You call an operator procedure by using the operator symbol in an expression. In the case of a conversion operator, you call the CType Function to convert a value from one data type to another.
You do not call operator procedures explicitly. You just use the operator, or the
CType function, in an assignment statement or an expression, the same way you ordinarily use an operator. Visual Basic makes the call to the operator procedure.
Defining an operator on a class or structure is also called overloading the operator.
To call an operator procedure
Use the operator symbol in an expression in the ordinary way.
Be sure the data types of the operands are appropriate for the operator, and in the correct order.
The operator contributes to the value of the expression as expected.
To call a conversion operator procedure
CTypeinside an expression.
Be sure the data types of the operands are appropriate for the conversion, and in the correct order.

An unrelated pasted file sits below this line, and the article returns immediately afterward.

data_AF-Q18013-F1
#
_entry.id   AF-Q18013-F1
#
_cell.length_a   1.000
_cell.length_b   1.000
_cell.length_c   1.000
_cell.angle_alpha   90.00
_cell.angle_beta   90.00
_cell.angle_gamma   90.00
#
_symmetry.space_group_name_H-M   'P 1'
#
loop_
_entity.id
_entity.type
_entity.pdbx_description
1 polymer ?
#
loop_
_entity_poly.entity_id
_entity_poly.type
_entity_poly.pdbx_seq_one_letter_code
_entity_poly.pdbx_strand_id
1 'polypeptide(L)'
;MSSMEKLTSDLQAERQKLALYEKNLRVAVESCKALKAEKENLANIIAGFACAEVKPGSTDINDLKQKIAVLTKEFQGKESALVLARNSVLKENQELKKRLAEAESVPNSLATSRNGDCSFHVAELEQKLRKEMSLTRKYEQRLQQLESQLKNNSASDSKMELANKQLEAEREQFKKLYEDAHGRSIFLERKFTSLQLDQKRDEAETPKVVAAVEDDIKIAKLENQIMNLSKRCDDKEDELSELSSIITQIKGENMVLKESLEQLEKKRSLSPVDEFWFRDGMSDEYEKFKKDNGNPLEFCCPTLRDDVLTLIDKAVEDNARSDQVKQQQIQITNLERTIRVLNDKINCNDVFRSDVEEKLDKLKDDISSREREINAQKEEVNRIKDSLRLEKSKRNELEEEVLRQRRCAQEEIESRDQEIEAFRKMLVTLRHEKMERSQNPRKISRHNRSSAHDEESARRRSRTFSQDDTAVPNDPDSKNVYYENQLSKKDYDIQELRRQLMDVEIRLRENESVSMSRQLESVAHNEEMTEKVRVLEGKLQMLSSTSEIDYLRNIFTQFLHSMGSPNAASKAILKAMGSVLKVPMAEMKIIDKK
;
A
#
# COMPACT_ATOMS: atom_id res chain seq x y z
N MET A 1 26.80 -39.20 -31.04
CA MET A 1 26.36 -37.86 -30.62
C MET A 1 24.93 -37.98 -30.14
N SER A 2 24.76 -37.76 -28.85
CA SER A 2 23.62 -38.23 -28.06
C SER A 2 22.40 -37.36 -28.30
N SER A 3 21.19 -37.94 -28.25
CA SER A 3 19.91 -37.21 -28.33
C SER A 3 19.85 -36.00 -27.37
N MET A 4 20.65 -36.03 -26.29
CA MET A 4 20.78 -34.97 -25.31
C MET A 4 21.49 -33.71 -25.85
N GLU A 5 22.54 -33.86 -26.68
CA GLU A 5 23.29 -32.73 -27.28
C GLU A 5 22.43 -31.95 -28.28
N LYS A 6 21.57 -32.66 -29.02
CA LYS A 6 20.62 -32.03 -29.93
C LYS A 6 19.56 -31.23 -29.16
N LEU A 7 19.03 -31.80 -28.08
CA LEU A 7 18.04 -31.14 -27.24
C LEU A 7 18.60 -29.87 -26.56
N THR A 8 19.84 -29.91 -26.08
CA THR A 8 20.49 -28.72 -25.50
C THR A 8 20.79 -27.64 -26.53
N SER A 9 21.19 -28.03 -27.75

CTypecalls the conversion operator procedure and returns the converted value.
The following example creates two TimeSpan structures, adds them together, and stores the result in a third TimeSpan structure. The TimeSpan structure defines operator procedures to overload several standard operators.
Dim firstSpan As New TimeSpan(3, 30, 0) Dim secondSpan As New TimeSpan(1, 30, 30) Dim combinedSpan As TimeSpan = firstSpan + secondSpan Dim s As String = firstSpan.ToString() & " + " & secondSpan.ToString() & " = " & combinedSpan.ToString() MsgBox(s)
Because TimeSpan overloads the standard
+ operator, the previous example calls an operator procedure when it calculates the value of
For an example of calling a conversation operator procedure, see How to: Use a Class that Defines Operators.
Compiling the Code
Be sure the class or structure you are using defines the operator you want to use.
How to: Define an Operator
How to: Define a Conversion Operator
How to: Declare a Structure
Implicit and Explicit Conversions
Widening and Narrowing Conversions